> My objective is to make sure that the utility method is fail-safe. In other
Yes, but don't take "fail-safe" to extremes. If you catch an
OutOfMemoryException, is your method really being "fail-safe", or are
you just swallowing an important exception and doing nothing with it? I
would say the latter. You haven't helped your caller out any by
throwing away a system-level exception like OutOfMemoryException.
The general rule is simple: catch only exceptions with which you can
deal intelligently. There are only three situations in which I catch
1. When I want to transform the exception into a return value. For
example, in your case you want ArgumentNullException, FormatException,
and OverflowException to be transformed into a return of false,
indicating "this is not an integer." That's fair: each of those
exceptions is meaningful to you and your callers, it's just that you
want to change the way the caller receives that information: as a
return value rather than exception. OutOfMemoryException, on the other
hand, does _not_ mean "this is not an integer." It means that something
went horribly wrong deep inside the .NET Framework, so it's not
appropriate to transform it into a return value.
2. When I want to transform the exception into a different exception,
because the low-level exception isn't meaningful from the point of view
of the caller. For example, I might want to transform a
DivideByZeroException into an InvalidArgumentException, because it's
more appropriate to tell my caller that they passed an invalid
argument; my caller doesn't care that I later used that argument in a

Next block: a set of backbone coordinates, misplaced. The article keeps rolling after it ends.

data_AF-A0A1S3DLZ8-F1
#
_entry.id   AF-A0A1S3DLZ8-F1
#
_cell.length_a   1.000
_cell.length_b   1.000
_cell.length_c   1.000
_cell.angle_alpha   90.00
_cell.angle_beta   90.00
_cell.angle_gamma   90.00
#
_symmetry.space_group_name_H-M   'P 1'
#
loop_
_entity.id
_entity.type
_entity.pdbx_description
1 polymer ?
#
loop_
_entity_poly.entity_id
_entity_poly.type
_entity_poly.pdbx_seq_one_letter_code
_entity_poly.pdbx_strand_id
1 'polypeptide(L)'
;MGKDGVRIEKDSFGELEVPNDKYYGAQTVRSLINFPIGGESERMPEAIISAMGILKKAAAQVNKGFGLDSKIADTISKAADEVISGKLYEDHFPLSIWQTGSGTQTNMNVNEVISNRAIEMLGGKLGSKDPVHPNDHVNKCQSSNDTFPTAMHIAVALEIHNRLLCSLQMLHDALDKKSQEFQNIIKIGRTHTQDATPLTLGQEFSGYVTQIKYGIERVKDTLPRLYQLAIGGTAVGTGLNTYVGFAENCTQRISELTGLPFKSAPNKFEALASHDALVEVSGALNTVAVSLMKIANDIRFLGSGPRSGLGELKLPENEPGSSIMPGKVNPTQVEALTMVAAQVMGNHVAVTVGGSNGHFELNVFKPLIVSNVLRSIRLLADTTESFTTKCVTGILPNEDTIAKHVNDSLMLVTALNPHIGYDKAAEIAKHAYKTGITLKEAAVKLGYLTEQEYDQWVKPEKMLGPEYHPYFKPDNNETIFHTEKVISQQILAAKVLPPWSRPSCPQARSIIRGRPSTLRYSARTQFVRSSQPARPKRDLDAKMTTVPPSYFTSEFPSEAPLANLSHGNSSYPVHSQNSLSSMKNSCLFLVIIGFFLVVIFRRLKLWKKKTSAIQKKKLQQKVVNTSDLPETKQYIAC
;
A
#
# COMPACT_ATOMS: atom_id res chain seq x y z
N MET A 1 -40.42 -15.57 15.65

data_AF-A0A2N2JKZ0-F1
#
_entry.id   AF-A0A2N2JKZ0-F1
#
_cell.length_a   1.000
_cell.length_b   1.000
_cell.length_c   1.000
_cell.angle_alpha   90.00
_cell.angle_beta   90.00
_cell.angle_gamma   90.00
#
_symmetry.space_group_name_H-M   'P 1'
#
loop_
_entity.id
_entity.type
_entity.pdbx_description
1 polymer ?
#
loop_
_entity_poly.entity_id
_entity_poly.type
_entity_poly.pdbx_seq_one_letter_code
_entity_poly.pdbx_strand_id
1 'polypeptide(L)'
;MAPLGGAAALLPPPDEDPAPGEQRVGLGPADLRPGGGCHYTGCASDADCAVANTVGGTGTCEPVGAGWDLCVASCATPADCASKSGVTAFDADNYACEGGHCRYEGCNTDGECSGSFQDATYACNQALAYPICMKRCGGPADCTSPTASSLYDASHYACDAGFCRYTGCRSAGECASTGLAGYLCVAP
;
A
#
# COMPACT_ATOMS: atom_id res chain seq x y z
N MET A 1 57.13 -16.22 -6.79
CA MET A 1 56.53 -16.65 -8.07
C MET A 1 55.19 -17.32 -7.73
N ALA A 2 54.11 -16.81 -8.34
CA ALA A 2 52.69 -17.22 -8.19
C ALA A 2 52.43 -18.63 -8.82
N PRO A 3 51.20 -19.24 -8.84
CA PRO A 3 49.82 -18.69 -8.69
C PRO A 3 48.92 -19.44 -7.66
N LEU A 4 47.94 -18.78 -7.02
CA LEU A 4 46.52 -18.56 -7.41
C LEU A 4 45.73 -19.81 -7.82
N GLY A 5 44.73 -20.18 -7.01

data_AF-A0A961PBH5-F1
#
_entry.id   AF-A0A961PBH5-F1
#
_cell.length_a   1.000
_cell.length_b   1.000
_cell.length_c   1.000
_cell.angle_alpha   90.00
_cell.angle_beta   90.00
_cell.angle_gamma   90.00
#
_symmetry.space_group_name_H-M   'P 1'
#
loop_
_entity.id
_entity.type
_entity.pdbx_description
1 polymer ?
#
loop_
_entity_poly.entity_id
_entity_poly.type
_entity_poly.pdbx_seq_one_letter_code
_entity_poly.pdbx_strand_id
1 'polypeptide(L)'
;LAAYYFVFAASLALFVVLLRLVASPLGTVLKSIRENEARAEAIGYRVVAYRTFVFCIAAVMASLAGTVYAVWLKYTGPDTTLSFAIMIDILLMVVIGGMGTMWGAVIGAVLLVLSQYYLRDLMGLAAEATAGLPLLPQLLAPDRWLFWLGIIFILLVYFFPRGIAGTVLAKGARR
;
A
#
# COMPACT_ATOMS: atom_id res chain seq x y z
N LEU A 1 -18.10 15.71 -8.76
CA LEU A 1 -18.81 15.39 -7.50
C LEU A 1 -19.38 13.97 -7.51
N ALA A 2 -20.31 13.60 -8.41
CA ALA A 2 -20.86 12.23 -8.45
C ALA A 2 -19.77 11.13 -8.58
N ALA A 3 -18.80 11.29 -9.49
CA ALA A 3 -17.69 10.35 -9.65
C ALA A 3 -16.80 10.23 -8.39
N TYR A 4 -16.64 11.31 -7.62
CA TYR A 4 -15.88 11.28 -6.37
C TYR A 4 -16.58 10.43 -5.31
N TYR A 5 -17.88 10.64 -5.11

division operation. (Yes, I know, bad programming practice: better to
check for zero up front. :-)
3. When I know that I can recover from the specific situation that a
specific exception indicates. For example, I might get an exception
attempting to parse an XML file against a schema, but my application
can recover from that situation by running the XML through a transform
to bring it up to the latest version. In this case, I catch the
exception and then take a different path through my app. This includes
the case in which my application might want to ignore a particular
exception and keep going anyway.
The bottom line in all three cases is that I catch a specific exception
when I know that I can do something meaningful with that exception.
Never catch an exception if you then don't know what to do with it.
In the case of an OutOfMemoryException, what is your method going to do
with it? Toss it away and keep going anyway? Is that a decision for
your method to make, or is that a higher-level decision for the calling
application? I would say the latter.